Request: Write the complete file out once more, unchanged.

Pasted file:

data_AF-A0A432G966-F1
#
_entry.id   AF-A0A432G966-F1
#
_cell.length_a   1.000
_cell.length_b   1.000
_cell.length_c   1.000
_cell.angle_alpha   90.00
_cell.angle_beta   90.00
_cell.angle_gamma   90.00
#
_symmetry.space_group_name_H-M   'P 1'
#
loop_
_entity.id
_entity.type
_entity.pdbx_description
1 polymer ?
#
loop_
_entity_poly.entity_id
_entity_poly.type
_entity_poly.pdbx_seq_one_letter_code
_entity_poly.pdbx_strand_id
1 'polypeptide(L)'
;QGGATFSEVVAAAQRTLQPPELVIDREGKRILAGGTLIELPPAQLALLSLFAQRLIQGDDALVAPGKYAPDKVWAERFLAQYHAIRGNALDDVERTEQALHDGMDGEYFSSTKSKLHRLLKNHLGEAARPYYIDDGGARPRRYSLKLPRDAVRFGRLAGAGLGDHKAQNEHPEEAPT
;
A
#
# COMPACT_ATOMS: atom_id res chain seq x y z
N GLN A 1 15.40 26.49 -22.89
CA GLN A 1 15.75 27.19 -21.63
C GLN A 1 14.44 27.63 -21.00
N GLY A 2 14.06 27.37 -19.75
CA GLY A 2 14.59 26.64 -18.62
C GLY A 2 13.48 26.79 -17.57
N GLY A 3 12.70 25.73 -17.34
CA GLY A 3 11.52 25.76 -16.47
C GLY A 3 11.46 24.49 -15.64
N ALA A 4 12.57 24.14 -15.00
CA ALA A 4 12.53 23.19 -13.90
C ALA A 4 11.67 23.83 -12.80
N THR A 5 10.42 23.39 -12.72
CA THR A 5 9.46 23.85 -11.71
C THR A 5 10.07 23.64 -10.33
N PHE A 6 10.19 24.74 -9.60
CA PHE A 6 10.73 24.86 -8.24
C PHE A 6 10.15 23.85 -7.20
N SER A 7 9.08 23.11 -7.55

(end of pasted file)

data_AF-A0A432G966-F1
#
_entry.id   AF-A0A432G966-F1
#
_cell.length_a   1.000
_cell.length_b   1.000
_cell.length_c   1.000
_cell.angle_alpha   90.00
_cell.angle_beta   90.00
_cell.angle_gamma   90.00
#
_symmetry.space_group_name_H-M   'P 1'
#
loop_
_entity.id
_entity.type
_entity.pdbx_description
1 polymer ?
#
loop_
_entity_poly.entity_id
_entity_poly.type
_entity_poly.pdbx_seq_one_letter_code
_entity_poly.pdbx_strand_id
1 'polypeptide(L)'
;QGGATFSEVVAAAQRTLQPPELVIDREGKRILAGGTLIELPPAQLALLSLFAQRLIQGDDALVAPGKYAPDKVWAERFLAQYHAIRGNALDDVERTEQALHDGMDGEYFSSTKSKLHRLLKNHLGEAARPYYIDDGGARPRRYSLKLPRDAVRFGRLAGAGLGDHKAQNEHPEEAPT
;
A
#
# COMPACT_ATOMS: atom_id res chain seq x y z
N GLN A 1 15.40 26.49 -22.89
CA GLN A 1 15.75 27.19 -21.63
C GLN A 1 14.44 27.63 -21.00
N GLY A 2 14.06 27.37 -19.75
CA GLY A 2 14.59 26.64 -18.62
C GLY A 2 13.48 26.79 -17.57
N GLY A 3 12.70 25.73 -17.34
CA GLY A 3 11.52 25.76 -16.47
C GLY A 3 11.46 24.49 -15.64
N ALA A 4 12.57 24.14 -15.00
CA ALA A 4 12.53 23.19 -13.90
C ALA A 4 11.67 23.83 -12.80
N THR A 5 10.42 23.39 -12.72
CA THR A 5 9.46 23.85 -11.71
C THR A 5 10.07 23.64 -10.33
N PHE A 6 10.19 24.74 -9.60
CA PHE A 6 10.73 24.86 -8.24
C PHE A 6 10.15 23.85 -7.20
N SER A 7 9.08 23.11 -7.55